The Civic Platform’s (PO) new candidate for President and Warsaw Mayor Rafał Trzaskowski is reported to be making major changes to the party’s strategy and approach to the presidential election. The date of the election is still not known, though Polish PM Mateusz Morawiecki on Thursday said that it should take place on 28 June.
Mr Trzaskowski has decided to change the campaign team responsible for the PO’s campaign strategy and its execution. He is sidelining those who are blamed for the failed campaign of Małgorzata Kidawa-Błońska, especially targeting those who are blamed for the failed gambit of arguing for a public boycott of the postal vote. But her campaign has also been criticised for failing to capitalise on the asset of having the only woman candidate for president standing in the election and for its lack of direction.
No one can deny that it is a campaign which went badly wrong. Ms Kidawa-Błońska started it with poll ratings of well over twenty percent and finished it in the 4-6 percent bracket. Her departure was a major relief for her party.
Mr Trzaskowski himself intends to keep his campaign team very much in the background. It may never be publicly confirmed who is in his entourage.
But it is widely acknowledged by sources close to the PO that the strategy of the campaign will be to look for polarisation back to the dominant PiS v PO cleavage in Polish politics. Mr Trzaskowski has from the start of the campaign attacked the government and the media who back it. He plans to energise the electorate that was put to sleep by Ms Kidawa-Błońska’s calls for a public boycott of the vote.
The Warsaw mayor will avoid attacks on other opposition candidates but concentrate on the incumbent. He hopes to squeeze the votes of the independent centrist Szymon Hołownia, the Polish Peoples Party’s Władysław Kosiniak-Kamysz and the Left’s Robert Biedroń by projecting himself as the main opposition candidate. He hopes that whatever votes they manage to mobilise will transfer to him in the second round of polling.
Early polling shows him to be getting support in the 15-20 percent range. It's a considerable improvement on the last polls taken during Ms Kidawa-Błońska’s campaign, but it is still a little short of the poll ratings the PO is getting.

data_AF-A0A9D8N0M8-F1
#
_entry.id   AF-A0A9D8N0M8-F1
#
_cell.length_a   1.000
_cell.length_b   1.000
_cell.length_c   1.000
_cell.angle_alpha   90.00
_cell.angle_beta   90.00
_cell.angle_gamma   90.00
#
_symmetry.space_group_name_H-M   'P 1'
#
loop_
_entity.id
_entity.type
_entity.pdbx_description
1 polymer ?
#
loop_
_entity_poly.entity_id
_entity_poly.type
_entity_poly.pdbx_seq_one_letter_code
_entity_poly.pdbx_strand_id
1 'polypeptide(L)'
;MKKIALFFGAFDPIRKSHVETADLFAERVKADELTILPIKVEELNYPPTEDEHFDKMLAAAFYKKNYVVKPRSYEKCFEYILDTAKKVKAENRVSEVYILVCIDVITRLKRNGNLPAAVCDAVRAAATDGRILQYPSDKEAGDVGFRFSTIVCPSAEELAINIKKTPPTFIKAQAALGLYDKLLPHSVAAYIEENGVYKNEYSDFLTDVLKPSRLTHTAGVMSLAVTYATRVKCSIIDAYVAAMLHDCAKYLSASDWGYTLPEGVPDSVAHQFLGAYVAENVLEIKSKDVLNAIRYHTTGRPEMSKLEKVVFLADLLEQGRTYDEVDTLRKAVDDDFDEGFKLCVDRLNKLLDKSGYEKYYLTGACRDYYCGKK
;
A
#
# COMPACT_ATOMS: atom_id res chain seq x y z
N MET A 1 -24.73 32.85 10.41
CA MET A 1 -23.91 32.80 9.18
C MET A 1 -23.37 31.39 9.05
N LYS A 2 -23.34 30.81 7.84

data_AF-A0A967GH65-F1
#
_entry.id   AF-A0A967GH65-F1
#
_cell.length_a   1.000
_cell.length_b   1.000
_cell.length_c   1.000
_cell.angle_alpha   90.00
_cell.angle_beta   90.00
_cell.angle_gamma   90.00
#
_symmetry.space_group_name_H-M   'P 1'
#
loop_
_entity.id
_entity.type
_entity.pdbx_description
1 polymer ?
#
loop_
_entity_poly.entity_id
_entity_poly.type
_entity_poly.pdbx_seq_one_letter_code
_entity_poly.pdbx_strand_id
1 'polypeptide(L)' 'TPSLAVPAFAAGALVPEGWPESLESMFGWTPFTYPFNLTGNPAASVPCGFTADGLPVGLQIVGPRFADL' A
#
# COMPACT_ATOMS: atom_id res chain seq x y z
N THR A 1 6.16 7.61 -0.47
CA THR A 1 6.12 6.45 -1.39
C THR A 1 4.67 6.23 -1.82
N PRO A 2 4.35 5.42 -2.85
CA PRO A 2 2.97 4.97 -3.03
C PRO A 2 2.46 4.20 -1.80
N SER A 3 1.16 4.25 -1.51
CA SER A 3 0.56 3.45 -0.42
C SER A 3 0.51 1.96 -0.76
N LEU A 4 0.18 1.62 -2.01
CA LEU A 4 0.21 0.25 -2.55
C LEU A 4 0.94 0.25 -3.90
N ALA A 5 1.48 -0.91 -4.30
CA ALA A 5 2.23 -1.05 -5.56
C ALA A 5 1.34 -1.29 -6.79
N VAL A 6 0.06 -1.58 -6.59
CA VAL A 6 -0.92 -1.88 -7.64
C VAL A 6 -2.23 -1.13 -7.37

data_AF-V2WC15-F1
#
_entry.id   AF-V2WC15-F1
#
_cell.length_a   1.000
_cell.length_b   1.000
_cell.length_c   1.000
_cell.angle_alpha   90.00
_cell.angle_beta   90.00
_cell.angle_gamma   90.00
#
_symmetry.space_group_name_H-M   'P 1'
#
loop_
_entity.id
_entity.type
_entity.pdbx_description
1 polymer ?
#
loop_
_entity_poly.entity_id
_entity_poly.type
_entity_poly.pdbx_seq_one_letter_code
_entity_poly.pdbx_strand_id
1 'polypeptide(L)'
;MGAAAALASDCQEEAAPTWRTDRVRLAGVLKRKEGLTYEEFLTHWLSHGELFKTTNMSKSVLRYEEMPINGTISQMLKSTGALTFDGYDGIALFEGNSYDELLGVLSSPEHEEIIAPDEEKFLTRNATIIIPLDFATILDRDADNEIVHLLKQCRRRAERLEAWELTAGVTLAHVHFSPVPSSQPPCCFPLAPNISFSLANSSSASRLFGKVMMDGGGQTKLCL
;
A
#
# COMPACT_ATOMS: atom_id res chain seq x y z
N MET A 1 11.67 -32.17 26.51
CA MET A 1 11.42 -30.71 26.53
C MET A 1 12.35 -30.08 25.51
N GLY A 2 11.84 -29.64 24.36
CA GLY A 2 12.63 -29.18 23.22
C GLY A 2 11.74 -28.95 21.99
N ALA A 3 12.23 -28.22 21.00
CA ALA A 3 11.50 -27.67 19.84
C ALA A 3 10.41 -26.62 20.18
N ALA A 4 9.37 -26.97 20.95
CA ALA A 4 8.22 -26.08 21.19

Mr Trzaskowski has already said that he will make health spending and reforming the public media his key priorities for the campaign. But he will no doubt be asked about his foreign policy and defence policies where he will stress the need for Poland to re-establish good relations with Germany and France.
Mr Trzaskowski will face criticism for his record as Warsaw Mayor. The main charge will be that he has not kept his promise on a wide range of investments and spending that had been highlighted during his campaign for Mayor in 2018. His environmental record will come under scrutiny, especially over the breakdown of the sewage plant that caused a major seepage into the Vistula River. He is also likely to be attacked for signing the LGBT charter which made provisions for LGBT sex education in schools.
But the mayor will hit back arguing that the government’s policies have curtailed the finances of local authorities and that Warsaw continues to be a popular location for investors. However, his metropolitan image, while a hit with voters in the big cities, may be less of a draw in rural and small town areas in which the PO has struggled to make an impact in the past five years.
President’s team waiting for the starting pistol
President Andrzej Duda has not made any changes to his campaign team or policy stances. His lead in the polls has fallen considerably since early May. Few polls now show him being able to win the election outright in the first round and his lead seems to have fallen to 20 points plus rather than 30 or 40 points plus in the heyday of the campaign.
The reason for the fall in support may be connected with the fact that opposition voters are now regaining an interest in the election after the departure of Ms Kidawa-Błońska. However, restlessness with the lockdown and unfavourable media coverage relating to questions about the family of the health minister having benefited from the sale of uncertified face masks and the controversy surrounding the treatment of a protest song by a state radio station may also be contributory factors.
The problem the President’s campaign team faces is that it has already fought the election campaign with the view of winning it in May. Now it is facing a new contest in which readjustments may have to be made. There is visible irritation within the ruling camp at the fact that it was not able to hold the election in May and at the fact that the main opposition party has changed its candidate.
But all will have to be forgotten once the Speaker of the Lower House names the new election date. The ruling party wants that date to be 28 June. In order for the election to be held and the Supreme Court able to validate the result, that does seem the safest date. As long as the Senate can next week process the legislation making way for a hybrid postal and traditional ballot, the State Electoral Commission (PKW) has said that it should be possible to keep to that date.